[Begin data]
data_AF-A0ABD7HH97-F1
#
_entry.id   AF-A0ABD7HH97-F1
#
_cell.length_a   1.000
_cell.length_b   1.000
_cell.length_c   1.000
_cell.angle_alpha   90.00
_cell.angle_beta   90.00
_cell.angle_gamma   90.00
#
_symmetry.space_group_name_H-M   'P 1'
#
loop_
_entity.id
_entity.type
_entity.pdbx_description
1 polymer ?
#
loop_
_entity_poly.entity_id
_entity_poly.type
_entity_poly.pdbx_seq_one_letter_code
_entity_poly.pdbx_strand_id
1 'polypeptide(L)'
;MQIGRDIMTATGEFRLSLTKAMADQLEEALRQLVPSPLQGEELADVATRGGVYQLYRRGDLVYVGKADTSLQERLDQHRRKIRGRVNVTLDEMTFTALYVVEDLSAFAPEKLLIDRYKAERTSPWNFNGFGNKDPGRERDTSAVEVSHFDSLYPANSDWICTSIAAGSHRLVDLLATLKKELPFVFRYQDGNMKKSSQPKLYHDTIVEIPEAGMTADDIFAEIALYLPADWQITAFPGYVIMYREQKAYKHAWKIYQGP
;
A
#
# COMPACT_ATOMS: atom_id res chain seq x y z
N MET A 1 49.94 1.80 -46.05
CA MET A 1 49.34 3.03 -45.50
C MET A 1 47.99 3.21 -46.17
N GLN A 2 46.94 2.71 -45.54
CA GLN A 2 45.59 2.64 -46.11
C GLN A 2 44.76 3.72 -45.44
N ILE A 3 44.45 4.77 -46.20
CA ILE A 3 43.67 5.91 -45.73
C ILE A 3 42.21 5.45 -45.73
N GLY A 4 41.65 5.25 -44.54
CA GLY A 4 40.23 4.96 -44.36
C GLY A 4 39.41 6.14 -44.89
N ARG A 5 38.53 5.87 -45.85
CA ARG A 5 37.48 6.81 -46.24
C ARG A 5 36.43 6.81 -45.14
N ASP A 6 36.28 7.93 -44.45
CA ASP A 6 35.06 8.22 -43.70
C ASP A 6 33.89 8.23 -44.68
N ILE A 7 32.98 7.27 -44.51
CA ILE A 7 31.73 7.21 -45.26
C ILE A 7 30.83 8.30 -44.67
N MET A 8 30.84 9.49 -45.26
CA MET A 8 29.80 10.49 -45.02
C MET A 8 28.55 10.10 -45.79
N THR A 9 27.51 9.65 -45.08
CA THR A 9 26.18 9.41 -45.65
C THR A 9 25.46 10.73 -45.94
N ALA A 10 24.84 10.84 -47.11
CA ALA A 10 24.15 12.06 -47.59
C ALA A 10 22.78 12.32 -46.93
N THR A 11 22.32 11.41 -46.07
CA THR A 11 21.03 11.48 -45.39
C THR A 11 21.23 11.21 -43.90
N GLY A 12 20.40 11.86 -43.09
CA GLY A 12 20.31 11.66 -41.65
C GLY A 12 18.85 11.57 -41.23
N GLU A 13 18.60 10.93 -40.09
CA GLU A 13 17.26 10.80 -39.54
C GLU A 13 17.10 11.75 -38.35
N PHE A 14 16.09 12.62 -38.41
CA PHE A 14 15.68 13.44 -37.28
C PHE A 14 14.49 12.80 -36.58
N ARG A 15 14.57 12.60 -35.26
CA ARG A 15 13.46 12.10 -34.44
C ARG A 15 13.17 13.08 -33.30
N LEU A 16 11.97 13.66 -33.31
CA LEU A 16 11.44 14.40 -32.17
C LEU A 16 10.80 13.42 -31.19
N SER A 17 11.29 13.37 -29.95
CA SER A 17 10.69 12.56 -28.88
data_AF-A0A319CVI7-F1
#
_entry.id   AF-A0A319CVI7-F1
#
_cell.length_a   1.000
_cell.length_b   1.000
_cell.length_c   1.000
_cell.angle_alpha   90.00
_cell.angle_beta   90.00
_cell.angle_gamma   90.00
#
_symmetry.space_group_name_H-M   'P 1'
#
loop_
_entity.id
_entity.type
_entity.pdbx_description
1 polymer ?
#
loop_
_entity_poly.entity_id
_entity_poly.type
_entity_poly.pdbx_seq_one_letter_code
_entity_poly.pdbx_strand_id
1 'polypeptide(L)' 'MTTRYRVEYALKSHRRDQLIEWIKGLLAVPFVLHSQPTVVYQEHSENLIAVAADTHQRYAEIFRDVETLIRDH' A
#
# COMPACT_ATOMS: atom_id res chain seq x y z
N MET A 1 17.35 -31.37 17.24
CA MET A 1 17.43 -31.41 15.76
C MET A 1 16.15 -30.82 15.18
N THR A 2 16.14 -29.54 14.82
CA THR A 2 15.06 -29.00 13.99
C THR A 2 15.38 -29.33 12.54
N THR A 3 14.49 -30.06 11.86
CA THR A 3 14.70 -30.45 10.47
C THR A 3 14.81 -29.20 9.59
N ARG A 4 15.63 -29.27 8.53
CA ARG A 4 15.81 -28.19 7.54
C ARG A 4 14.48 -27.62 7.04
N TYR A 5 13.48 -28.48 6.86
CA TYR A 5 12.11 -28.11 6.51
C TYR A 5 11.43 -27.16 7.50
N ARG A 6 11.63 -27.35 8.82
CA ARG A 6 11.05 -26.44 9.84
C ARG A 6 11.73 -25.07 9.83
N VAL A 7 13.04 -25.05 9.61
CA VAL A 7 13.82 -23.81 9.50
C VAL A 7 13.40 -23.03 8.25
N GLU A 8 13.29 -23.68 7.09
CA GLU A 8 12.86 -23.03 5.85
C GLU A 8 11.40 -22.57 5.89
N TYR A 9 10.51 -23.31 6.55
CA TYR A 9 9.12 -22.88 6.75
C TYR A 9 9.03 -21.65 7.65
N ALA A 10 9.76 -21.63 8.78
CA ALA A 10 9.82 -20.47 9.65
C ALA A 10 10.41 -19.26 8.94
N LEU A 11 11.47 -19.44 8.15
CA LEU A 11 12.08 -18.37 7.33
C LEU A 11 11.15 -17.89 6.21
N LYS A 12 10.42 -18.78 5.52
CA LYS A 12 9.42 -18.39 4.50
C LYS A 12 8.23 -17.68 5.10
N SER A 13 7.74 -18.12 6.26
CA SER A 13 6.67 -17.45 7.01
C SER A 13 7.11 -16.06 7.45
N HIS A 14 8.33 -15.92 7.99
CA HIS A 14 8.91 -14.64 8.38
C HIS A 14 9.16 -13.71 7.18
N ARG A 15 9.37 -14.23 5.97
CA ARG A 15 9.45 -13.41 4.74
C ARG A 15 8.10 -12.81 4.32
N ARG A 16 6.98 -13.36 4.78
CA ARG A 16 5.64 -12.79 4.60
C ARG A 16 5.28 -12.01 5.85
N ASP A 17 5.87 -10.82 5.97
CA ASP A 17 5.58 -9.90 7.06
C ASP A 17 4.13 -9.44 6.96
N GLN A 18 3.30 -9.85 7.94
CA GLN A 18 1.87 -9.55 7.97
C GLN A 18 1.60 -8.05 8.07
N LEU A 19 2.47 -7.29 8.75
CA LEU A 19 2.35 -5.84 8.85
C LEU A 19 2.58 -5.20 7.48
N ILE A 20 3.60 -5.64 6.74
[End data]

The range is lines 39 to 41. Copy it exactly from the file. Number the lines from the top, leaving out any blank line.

C ILE A 3 42.21 5.45 -45.73
N GLY A 4 41.65 5.25 -44.54
CA GLY A 4 40.23 4.96 -44.36